Project Title

Do Nurses in the Clinical Setting Who Are Experiencing Burnout Influence Patient Safety and Quality of Care?

Authors' Affiliations

Amanda Downing, College of Nursing, East Tennessee State University, Johnson City, TN. Brooke Lockamy, College of Nursing, East Tennessee State University, Johnson City, TN. Sierra Smith, College of Nursing, East Tennessee State University, Johnson City, TN.

Location

Culp Ballroom

Start Date

4-7-2022 9:00 AM

End Date

4-7-2022 12:00 PM

Poster Number

119

Faculty Sponsor’s Department

Nursing

Name of Project's Faculty Sponsor

Kendrea Todt

Classification of First Author

Undergraduate Student

Competition Type

Competitive

Type

Poster Presentation

Project's Category

Other Healthcare, Health Maintenance Organizations, Health Care Management

Abstract or Artist's Statement

Introduction and Background: Burnout is a syndrome that many health professionals are experiencing. It involves a state of emotional and mental exhaustion and professional fatigue that can impact the personal lives of these individuals leading to anxiety, depression, and discontentment. The impact may go further in the healthcare setting and lead to a decrease in patient safety and diminished quality of care for patients.

Purpose: The purpose of this literature review is to systematically and critically appraise current literature to examine the associations between nurse burnout rates and poor patient outcomes.

Literature Review: A total of thirteen articles, one literature review, and one meta-analysis were included in this review. Databases that were used to obtain these articles included PubMed, ScienceDirect, Scopus, and CINAHL.

Findings: The related factors that were associated with nurse burnout included a high-stress work environment, lack of support, emotional exhaustion, depersonalization, and inadequate staffing. In situations where the staff was experiencing high levels of burnout, there was a correlation with decreased patient and family satisfaction and an increase in adverse events such as medication errors and missed care.

Conclusion: Due to the COVID-19 pandemic, articles published within the past years have consisted of data collection through questionnaires and online surveys to limit the transmission of the virus. This technique could have led to a bias gap within the literature collected considering the lack of validity questionnaires yield due to the collection of information without further explanation. Despite this limitation, the data results still exposed that the presence of burnout among health professionals is associated with worsening patient safety. High levels of burnout are related to external factors, such as high workload, long hours, and interpersonal relationships. Avoiding professional exhaustion is an important strategy for improving patient safety.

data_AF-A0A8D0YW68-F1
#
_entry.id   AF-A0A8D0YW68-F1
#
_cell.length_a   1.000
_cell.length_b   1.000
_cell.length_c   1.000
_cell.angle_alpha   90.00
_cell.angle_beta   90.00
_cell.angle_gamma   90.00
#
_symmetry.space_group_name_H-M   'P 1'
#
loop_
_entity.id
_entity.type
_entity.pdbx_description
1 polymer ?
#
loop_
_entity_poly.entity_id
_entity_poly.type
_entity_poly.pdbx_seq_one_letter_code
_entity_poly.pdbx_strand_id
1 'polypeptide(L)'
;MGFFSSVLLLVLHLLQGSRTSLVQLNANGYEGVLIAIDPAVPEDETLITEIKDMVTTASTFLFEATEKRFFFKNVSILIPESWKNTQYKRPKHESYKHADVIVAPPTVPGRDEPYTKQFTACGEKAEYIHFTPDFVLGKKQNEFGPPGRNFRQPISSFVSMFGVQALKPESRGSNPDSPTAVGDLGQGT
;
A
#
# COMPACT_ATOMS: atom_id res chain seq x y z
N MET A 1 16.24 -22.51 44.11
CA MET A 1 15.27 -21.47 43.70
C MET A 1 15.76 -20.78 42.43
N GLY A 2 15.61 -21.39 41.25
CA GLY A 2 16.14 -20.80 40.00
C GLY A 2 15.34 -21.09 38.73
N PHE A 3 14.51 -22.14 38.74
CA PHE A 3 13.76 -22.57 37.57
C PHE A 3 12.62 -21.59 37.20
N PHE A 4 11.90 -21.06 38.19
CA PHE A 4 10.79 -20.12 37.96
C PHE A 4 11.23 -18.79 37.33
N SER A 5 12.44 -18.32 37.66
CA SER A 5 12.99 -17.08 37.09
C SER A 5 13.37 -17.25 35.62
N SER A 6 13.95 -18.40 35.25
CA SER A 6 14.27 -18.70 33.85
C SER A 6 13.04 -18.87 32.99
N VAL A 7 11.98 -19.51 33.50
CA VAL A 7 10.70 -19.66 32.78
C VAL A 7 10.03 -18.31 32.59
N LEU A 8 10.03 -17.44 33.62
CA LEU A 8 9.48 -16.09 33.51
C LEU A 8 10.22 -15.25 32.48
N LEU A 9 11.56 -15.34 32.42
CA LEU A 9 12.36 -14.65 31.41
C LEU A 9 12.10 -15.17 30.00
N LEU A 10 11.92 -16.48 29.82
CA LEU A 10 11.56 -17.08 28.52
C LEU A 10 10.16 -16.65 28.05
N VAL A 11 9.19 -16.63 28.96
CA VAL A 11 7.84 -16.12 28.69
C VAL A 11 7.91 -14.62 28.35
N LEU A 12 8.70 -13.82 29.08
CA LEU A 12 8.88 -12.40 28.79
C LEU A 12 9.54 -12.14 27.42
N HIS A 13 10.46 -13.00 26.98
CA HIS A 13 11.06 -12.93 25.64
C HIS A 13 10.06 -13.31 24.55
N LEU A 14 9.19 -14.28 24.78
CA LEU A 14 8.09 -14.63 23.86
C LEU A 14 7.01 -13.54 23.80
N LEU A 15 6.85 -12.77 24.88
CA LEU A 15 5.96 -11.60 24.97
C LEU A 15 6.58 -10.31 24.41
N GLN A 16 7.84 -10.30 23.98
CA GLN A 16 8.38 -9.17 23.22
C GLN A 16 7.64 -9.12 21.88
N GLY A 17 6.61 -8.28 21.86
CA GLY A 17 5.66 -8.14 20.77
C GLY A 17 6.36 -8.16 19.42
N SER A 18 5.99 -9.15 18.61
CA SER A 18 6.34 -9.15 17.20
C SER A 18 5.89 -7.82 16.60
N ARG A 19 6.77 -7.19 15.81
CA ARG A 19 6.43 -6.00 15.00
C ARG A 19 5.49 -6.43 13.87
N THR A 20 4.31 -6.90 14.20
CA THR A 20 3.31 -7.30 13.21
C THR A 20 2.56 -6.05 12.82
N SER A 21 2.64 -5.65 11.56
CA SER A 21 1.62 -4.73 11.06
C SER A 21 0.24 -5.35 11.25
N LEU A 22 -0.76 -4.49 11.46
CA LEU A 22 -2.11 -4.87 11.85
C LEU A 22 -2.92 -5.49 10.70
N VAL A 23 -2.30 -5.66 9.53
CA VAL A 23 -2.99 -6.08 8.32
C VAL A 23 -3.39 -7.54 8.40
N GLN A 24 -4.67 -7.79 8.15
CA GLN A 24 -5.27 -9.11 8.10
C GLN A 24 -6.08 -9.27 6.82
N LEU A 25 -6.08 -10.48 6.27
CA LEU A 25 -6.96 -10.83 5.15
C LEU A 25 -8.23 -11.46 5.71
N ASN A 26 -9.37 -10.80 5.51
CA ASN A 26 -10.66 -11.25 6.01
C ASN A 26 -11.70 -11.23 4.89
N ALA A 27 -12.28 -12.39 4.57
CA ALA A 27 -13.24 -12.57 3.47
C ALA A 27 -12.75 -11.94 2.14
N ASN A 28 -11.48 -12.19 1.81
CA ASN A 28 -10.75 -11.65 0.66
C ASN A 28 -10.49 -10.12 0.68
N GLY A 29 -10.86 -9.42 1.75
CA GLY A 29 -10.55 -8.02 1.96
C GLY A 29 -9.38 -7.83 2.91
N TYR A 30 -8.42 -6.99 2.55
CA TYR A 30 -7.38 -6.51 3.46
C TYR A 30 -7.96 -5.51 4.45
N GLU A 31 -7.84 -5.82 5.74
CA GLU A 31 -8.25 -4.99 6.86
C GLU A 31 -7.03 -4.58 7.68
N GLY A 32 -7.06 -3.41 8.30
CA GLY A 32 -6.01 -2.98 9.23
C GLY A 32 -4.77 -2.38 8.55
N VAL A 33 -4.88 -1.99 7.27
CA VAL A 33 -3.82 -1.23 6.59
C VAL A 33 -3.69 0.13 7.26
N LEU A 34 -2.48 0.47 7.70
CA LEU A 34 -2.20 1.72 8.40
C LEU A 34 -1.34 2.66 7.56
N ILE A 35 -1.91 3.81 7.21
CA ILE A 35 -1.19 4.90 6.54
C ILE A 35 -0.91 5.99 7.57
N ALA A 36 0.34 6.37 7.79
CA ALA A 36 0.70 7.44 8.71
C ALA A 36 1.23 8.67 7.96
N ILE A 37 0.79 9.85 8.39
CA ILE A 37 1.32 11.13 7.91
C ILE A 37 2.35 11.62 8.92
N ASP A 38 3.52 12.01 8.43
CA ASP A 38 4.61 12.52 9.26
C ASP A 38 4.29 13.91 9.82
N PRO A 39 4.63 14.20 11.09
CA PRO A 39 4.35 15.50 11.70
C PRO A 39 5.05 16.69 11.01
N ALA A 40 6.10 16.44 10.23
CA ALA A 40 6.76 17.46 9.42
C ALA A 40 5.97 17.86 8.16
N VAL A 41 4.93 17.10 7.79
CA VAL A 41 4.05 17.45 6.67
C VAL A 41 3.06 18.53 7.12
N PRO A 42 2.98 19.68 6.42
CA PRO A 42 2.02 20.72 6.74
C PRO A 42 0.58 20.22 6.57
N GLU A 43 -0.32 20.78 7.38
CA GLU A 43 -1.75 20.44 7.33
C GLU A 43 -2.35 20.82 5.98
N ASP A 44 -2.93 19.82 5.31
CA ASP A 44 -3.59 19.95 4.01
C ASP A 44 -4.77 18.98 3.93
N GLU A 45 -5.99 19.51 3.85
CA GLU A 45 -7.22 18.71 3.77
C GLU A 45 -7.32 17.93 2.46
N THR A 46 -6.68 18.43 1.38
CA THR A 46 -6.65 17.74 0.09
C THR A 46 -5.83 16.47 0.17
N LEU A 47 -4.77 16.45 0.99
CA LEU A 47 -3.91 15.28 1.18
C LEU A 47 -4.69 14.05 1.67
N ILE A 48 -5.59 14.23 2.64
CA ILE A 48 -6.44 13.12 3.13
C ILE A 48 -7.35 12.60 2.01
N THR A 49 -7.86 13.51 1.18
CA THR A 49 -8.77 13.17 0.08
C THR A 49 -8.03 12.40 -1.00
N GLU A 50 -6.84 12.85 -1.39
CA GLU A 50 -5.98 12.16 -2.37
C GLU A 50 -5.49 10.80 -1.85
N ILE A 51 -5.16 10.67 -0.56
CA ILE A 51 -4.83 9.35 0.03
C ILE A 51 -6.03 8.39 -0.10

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Apr 7th, 9:00 AM Apr 7th, 12:00 PM

Do Nurses in the Clinical Setting Who Are Experiencing Burnout Influence Patient Safety and Quality of Care?

Culp Ballroom

Introduction and Background: Burnout is a syndrome that many health professionals are experiencing. It involves a state of emotional and mental exhaustion and professional fatigue that can impact the personal lives of these individuals leading to anxiety, depression, and discontentment. The impact may go further in the healthcare setting and lead to a decrease in patient safety and diminished quality of care for patients.

Purpose: The purpose of this literature review is to systematically and critically appraise current literature to examine the associations between nurse burnout rates and poor patient outcomes.

Literature Review: A total of thirteen articles, one literature review, and one meta-analysis were included in this review. Databases that were used to obtain these articles included PubMed, ScienceDirect, Scopus, and CINAHL.

Findings: The related factors that were associated with nurse burnout included a high-stress work environment, lack of support, emotional exhaustion, depersonalization, and inadequate staffing. In situations where the staff was experiencing high levels of burnout, there was a correlation with decreased patient and family satisfaction and an increase in adverse events such as medication errors and missed care.

Conclusion: Due to the COVID-19 pandemic, articles published within the past years have consisted of data collection through questionnaires and online surveys to limit the transmission of the virus. This technique could have led to a bias gap within the literature collected considering the lack of validity questionnaires yield due to the collection of information without further explanation. Despite this limitation, the data results still exposed that the presence of burnout among health professionals is associated with worsening patient safety. High levels of burnout are related to external factors, such as high workload, long hours, and interpersonal relationships. Avoiding professional exhaustion is an important strategy for improving patient safety.